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Old 04-25-2017, 09:28 AM   #15
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1. Talk to the HOA treasurer and look at the annual financial report. Some HOA's are behind in reasonably funding major expenses: roof replacement, as an example.
+1! And to expand - elevators are always big cost items in condos. Replacing a single elevator could be as much as $80k+! (that's for a full replacement). What amounts are in reserve compared to their annual expenses. Roof, elevators and large driveway/parking lot areas are always the major items for a condo association - how do those look in relation to the budget/reserves?
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Old 04-25-2017, 09:53 AM   #16
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We live in a Golf Country Club community but are not required to be members. In fact we do not even like golf. We chose to live nowhere near the actual course itself, but in a community within the club confines but on the outskirts of it.

We get all the benefits without the being members. All the common areas are nicely landscaped and no one can paint their home Fluorescent Green, leave partially assembled trucks and old sofas in the front yard. It is a single family only community of 600 homes.

The Club is private, and you do not have to live there to be a member. It is owned by ClubCorp.

This is the second such community we have lived in, each in excess of 13 years at each. We like it.
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Old 04-25-2017, 01:06 PM   #17
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I've had a couple of days to ponder on it. We've got 4 cars, my son my daughter, the wife and I. Although the son will be away at college a good part of the year there will be plenty of times when there are 4 cars. It simply won't work - the garages are just too small.

I think we will look elsewhere for a condo perhaps out of the 55 and over community.

I can't help but think your paying for that golf course even if you don't join. I don't golf and I don't plan on starting. There's one other thing that distressed me ..they were doing some stucco repairs on the properties. Stucco is the enemy.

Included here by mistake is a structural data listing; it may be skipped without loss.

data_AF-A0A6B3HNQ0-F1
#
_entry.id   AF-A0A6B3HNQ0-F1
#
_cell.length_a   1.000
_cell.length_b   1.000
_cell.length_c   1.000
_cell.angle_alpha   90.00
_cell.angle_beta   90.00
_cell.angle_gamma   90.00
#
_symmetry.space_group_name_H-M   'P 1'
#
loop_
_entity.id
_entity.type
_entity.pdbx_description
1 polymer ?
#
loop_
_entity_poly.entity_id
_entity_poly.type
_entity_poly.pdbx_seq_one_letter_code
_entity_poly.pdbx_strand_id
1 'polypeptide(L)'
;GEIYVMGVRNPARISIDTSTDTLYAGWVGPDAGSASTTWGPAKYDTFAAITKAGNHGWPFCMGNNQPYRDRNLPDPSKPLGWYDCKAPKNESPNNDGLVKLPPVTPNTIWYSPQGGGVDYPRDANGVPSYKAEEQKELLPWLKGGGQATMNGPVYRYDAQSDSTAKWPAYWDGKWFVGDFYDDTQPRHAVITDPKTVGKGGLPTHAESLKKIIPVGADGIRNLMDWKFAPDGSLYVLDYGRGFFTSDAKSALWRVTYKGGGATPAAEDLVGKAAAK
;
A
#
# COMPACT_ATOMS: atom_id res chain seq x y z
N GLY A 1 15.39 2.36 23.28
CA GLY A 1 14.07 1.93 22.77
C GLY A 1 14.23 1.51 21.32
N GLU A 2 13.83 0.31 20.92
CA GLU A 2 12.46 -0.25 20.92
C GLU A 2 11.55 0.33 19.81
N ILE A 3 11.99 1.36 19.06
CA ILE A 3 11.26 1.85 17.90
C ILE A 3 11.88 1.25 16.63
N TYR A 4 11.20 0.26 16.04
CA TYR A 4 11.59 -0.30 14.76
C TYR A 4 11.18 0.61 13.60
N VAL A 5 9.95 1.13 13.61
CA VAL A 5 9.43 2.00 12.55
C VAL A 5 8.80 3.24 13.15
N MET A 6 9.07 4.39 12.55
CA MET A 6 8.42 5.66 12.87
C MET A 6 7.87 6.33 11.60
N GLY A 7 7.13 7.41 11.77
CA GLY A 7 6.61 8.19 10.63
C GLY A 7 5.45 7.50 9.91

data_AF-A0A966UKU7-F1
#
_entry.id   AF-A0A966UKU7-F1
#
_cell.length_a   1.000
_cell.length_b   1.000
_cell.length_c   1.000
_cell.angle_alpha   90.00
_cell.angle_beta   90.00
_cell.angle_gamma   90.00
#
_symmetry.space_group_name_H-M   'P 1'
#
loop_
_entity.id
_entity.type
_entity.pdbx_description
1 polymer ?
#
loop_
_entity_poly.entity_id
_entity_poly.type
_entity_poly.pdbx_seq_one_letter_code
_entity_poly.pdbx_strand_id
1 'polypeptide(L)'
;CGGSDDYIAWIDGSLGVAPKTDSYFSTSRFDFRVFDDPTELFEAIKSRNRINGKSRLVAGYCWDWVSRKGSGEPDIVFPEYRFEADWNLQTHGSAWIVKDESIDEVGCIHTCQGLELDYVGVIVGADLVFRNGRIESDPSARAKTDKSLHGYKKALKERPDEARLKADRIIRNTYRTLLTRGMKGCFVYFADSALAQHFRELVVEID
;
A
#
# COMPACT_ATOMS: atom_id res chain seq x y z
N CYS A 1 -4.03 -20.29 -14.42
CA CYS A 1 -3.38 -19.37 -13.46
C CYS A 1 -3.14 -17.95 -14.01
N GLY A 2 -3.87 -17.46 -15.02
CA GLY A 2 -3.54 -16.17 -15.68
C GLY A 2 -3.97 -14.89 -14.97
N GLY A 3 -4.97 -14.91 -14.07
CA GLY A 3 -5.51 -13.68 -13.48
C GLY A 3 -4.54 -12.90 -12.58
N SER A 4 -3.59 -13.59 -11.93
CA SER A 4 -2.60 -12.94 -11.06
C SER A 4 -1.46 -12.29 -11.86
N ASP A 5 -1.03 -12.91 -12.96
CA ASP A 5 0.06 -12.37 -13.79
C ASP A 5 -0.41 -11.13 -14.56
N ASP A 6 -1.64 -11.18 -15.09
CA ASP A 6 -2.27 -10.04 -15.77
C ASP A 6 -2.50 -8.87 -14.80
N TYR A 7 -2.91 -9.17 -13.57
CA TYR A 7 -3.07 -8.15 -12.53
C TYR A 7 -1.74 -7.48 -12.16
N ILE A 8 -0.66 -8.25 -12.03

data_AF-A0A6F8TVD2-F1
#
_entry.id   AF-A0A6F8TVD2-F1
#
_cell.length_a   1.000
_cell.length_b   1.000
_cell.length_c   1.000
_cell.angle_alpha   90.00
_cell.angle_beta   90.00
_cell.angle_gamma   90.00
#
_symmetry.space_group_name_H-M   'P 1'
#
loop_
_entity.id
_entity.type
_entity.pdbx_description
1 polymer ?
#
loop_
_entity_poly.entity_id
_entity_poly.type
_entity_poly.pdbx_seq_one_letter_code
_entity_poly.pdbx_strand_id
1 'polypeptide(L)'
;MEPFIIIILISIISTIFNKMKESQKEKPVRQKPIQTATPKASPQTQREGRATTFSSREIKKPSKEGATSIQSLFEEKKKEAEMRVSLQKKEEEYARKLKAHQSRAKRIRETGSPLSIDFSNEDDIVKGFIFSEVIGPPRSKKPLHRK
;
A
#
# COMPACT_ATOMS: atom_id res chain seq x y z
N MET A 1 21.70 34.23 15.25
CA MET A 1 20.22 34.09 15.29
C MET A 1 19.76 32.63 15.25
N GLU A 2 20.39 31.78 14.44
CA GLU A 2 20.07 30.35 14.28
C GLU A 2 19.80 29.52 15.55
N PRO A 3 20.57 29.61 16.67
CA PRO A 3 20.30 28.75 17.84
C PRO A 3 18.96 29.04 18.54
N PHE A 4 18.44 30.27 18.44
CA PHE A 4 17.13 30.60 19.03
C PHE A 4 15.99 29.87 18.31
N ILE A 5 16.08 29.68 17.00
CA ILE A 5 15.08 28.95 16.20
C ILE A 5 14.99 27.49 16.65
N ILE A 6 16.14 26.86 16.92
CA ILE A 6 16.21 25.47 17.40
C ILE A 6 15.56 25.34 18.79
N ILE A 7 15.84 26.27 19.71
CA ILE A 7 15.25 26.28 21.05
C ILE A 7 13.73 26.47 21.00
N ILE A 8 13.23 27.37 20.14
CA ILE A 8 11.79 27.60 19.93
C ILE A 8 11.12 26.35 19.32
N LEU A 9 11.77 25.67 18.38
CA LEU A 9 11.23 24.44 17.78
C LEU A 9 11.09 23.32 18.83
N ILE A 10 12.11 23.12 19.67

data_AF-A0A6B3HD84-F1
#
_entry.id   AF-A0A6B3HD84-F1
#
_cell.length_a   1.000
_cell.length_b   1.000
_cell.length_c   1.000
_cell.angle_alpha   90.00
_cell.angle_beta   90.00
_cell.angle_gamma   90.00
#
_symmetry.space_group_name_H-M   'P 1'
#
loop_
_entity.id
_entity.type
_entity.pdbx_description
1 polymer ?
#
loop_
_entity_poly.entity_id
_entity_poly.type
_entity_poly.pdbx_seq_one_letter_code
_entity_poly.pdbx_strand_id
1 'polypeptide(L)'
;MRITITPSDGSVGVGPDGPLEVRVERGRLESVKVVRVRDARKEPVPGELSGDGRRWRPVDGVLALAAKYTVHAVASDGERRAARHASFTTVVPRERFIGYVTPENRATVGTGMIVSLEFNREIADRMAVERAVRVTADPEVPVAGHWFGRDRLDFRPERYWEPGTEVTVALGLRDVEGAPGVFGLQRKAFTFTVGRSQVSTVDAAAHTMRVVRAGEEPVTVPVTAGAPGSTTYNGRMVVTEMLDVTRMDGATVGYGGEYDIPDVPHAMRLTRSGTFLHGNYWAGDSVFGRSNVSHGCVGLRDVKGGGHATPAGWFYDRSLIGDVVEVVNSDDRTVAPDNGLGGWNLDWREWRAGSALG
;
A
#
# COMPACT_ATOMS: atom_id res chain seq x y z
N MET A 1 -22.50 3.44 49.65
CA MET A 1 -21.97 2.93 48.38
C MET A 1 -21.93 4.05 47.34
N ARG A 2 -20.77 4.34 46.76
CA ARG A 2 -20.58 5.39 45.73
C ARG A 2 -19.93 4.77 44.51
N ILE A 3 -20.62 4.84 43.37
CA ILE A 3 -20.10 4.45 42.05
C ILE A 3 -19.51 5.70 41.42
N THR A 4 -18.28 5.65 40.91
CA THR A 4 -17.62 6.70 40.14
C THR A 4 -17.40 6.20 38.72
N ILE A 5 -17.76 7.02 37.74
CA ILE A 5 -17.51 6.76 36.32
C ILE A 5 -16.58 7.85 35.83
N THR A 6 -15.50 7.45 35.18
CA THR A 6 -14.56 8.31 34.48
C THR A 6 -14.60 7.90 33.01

Condos with 4 car garages are likely hen's teeth, and hard to buy and hard to sell.

Ha
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Old 04-25-2017, 02:19 PM   #18
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Agree with Ha on this. In fact, we are only now starting to see four-car garages on $2 million new single-family homes being built in our area.

Of course that doesn't mean people with multiple vehicles don't buy condos. Our experience in owning rental property (a single-story condo, and a townhouse with a condo-type arrangement) was that many owners (and one of our sets of renters) had more cars than the garage and assigned parking spaces could accommodate. They simply poached the visitor parking spaces, and assigned spaces of people who were known to be out of town, and hoped they did not get turned in and cited for it. I am not recommending this sort of behavior, just making an observation.

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Condos with 4 car garages are likely hen's teeth, and hard to buy and hard to sell.

Ha
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Old 04-25-2017, 03:07 PM   #19
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Yeah - I didn't expect more than 2 car parking for condos. And maybe not garages either.
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Old 04-25-2017, 04:56 PM   #20
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I'd like a two car garage ... still I'll need parking for 2 more.